The Eastern Association for the Surgery of Trauma recently surveyed their own members, members of the Orthopedic Trauma Association, and a number of thoracic surgeons on the topic of operative rib fracture management. About 75% believed that operative fixation was indicated in some patients, but only about 20% or trauma surgeons and orthopedic surgeons and about half of thoracic surgeons had actually performed it.

The proposed benefits of surgical fixation are faster return of pulmonary function, fewer complications due to shorter ventilator time, shorter ICU and hospital lengths of stay, and a faster return to work. This review article found that these benefits were real when the technique is applied to select patients.

The authors found that:

  • The best indication is flail chest and respiratory failure without pulmonary contusion
  • Non-intubated patients with flail chest and deteriorating pulmonary function are also candidates
  • Reduction of pain and disability from symptomatic malunion or nonunion is a weaker indication due to sparse literature support
  • Other factors such as acute pain, open fractures, fracture repair while performing a thoracotomy for other reasons and chest wall deformity are weakly supported by the literature at best
  • There is no clear winner in the battle of hardware fixation systems

Bottom line: Operative rib fixation is indicated in patients with flail chest and pulmonary problems without significant pulmonary contusion, and in those with symptomatic mal- and non-unions. Flail chest patients benefit from early fixation, while the mal/nonunion groups should have fixation later once this condition is identified. Consideration for other indications should carefully take into account the cost, risk, and benefit to the patient. The literature is very weak in this regard, and a great deal more work is necessary to ensure that these techniques are not overused. 

Reference: Operative treatment of chest wall injuries: indications, technique, and outcomes. JBJS 93:97-110, 2011. 

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When To Remove a Chest Tube

Chest tubes are needed occasionally to help manage chest injuries. How do you decide when they are ready for removal?

Unfortunately, the literature is not very helpful in answering this question. To come up with a uniform way of pulling them, our group looked at any existing literature and then filled in the blanks, negotiating criteria that we could all live with. We came up with the following.

Removal criteria:

  • No (or a minimal, stable) residual pneumothorax
  • No air leak
  • Less than 150cc drainage over the past 3 shifts. We do not use daily numbers, as it may delay the removal sequence. We have moved away from the “only pull tubes on the day shift” mentality. Once the criteria are met, we begin the removal sequence, even in the evening or at night.

Removal sequence:

  • Has the patient ever had an air leak? If so, they are placed on water seal for 6 hours and a followup AP or PA view chest x-ray is obtained. If no pneumothorax is seen, proceed to the next step.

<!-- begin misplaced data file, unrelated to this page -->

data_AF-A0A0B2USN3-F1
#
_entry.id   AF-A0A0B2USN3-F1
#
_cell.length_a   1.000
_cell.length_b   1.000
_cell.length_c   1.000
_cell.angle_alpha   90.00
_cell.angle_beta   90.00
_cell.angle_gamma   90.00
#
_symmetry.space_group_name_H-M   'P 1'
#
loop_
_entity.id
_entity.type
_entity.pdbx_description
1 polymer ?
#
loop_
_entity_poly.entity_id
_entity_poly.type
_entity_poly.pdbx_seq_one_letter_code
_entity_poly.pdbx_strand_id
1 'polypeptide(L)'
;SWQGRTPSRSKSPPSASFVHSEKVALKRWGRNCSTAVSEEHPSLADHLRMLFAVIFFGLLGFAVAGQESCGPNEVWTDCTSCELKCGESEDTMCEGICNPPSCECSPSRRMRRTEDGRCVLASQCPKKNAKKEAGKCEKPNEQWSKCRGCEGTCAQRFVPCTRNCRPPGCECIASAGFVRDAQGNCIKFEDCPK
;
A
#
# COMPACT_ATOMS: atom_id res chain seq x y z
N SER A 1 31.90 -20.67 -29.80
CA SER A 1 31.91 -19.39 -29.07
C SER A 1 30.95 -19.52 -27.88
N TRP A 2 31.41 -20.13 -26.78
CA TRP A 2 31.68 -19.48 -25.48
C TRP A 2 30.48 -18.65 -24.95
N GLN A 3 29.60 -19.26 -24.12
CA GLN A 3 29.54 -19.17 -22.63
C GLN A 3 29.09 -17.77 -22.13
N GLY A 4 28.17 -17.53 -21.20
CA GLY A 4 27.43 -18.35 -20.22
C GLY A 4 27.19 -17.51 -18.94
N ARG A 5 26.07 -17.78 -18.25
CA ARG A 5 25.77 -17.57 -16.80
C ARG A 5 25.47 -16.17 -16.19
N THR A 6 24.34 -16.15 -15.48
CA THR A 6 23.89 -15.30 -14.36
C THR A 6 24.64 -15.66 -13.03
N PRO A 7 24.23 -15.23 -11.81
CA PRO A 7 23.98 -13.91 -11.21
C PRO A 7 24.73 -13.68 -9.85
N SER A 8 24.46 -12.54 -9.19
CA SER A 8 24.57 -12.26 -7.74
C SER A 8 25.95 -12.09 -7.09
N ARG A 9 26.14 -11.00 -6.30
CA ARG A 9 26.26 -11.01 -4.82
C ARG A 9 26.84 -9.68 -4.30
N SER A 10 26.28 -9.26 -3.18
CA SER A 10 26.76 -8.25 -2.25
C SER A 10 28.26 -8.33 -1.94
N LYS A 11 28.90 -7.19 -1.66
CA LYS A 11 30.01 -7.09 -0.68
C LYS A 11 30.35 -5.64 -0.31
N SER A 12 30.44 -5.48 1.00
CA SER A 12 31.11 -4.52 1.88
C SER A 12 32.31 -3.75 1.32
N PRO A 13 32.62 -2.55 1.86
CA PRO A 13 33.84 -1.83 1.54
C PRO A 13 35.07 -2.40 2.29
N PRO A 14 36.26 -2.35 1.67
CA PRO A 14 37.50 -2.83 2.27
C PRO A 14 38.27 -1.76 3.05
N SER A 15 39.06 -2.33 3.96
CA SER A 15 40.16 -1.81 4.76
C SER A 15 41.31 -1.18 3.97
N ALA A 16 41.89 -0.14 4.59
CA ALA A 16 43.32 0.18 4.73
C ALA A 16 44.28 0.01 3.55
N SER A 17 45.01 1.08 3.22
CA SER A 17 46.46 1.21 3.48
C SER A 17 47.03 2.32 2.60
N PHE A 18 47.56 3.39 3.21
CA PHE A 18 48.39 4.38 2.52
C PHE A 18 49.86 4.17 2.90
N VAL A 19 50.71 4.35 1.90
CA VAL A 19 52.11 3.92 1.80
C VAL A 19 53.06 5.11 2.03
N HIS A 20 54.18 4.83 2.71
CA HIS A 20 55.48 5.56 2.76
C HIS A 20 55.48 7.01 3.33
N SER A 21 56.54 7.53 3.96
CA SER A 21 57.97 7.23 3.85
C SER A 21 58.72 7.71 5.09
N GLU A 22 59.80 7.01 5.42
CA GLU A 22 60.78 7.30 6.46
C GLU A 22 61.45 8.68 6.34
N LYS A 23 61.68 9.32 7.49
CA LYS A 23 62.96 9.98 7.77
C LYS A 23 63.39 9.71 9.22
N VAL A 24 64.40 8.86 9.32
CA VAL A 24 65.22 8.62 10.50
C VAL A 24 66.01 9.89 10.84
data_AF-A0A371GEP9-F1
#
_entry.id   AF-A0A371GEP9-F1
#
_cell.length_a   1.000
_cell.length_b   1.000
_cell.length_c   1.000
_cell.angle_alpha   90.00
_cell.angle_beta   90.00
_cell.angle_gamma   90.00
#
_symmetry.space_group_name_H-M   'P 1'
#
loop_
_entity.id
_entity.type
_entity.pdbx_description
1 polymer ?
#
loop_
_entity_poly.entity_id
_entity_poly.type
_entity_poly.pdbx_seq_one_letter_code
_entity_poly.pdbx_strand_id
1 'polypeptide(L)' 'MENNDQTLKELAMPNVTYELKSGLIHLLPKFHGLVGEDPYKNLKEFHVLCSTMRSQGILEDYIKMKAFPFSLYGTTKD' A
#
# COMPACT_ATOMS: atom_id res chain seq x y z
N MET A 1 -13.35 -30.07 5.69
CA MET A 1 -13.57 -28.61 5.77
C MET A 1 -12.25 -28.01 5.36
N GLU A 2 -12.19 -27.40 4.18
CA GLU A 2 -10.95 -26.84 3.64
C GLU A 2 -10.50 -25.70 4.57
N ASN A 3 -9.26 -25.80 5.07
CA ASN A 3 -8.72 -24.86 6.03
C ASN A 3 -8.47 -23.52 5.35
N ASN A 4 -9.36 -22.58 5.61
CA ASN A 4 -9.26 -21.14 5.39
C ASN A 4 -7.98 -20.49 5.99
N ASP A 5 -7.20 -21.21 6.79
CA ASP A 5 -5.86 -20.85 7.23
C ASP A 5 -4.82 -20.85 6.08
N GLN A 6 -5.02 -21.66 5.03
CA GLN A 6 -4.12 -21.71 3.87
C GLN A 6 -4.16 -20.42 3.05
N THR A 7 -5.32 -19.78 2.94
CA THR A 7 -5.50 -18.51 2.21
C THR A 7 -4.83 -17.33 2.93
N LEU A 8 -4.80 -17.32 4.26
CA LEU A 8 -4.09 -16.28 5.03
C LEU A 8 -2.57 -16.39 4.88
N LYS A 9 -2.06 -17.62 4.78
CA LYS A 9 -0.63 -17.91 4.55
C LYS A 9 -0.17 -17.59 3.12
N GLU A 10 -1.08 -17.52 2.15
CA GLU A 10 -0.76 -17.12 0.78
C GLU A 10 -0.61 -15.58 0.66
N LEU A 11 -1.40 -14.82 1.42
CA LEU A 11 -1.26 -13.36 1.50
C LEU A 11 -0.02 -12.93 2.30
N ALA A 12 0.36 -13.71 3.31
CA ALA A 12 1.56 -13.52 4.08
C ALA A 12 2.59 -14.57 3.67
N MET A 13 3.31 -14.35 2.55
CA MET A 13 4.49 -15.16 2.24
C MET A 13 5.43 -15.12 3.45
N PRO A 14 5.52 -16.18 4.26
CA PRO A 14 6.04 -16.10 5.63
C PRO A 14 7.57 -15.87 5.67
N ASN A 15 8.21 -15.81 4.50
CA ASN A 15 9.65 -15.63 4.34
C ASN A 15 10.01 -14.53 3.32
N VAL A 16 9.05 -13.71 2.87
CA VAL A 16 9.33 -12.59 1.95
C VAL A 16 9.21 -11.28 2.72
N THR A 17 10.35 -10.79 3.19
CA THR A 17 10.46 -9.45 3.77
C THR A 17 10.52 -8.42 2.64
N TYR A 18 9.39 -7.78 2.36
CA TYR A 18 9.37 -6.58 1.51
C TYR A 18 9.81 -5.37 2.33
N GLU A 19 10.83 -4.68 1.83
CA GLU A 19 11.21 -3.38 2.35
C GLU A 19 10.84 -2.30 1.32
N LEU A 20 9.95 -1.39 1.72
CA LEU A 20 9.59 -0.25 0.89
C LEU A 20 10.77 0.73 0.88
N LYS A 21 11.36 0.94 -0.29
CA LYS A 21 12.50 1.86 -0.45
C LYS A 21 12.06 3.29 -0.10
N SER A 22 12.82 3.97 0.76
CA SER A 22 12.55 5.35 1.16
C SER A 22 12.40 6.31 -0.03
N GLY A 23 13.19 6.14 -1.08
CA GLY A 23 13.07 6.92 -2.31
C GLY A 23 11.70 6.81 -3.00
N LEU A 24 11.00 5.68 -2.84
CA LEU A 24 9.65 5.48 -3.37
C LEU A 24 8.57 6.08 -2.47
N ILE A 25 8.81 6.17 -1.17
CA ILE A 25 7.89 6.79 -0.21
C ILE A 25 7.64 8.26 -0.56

• Pull the tube. Click here to see a video demonstrating the proper technique.
  • Obtain a followup AP or PA view chest x-ray in 6 hours.
  • If no recurrent pneumothorax, send the patient home! (if appropriate)

Click here to download the full printed protocol.

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Off-Label Use of the Foley Catheter

Foley catheters are a mainstay of medical care in patients who need control or measurement of urine output. Leave it to trauma surgeons to find warped, new ways to use them!

Use of these catheters to tamponade penetrating cardiac injuries has been recognized for decades (see picture, 2 holes!). Less well appreciated is their use to stop bleeding from other penetrating wounds.

foleyinheart

Foley catheters can be inserted into just about any small penetrating wound with bleeding that does not respond to direct pressure. (Remember, direct pressure is applied by one or two fingers only, with no flat dressings underneath to diffuse the pressure). Arterial bleeding, venous bleeding or both can be controlled with this technique.

In general, the largest catheter with the largest possible balloon should be selected. It is then inserted directly into the wound until the entire balloon is inside the body. Inflate the balloon using saline until firm resistance is encounted, and the bleeding hopefully stops. Important: be sure to clamp the end of the catheter so the bleeding doesn’t find the easy way out!

Use of catheter tamponade buys some time, but these patients need to be in the OR. In general, once other life threatening issues are dealt with in the resuscitation room, the patient should be moved directly to the operating room. In rare cases, an angiogram may be needed to help determine the type of repair. However, in the vast majority of cases, the surgeon will know exactly where the injury is and further study is not needed. The catheter is then prepped along with most of the patient so that the operative repair can be completed.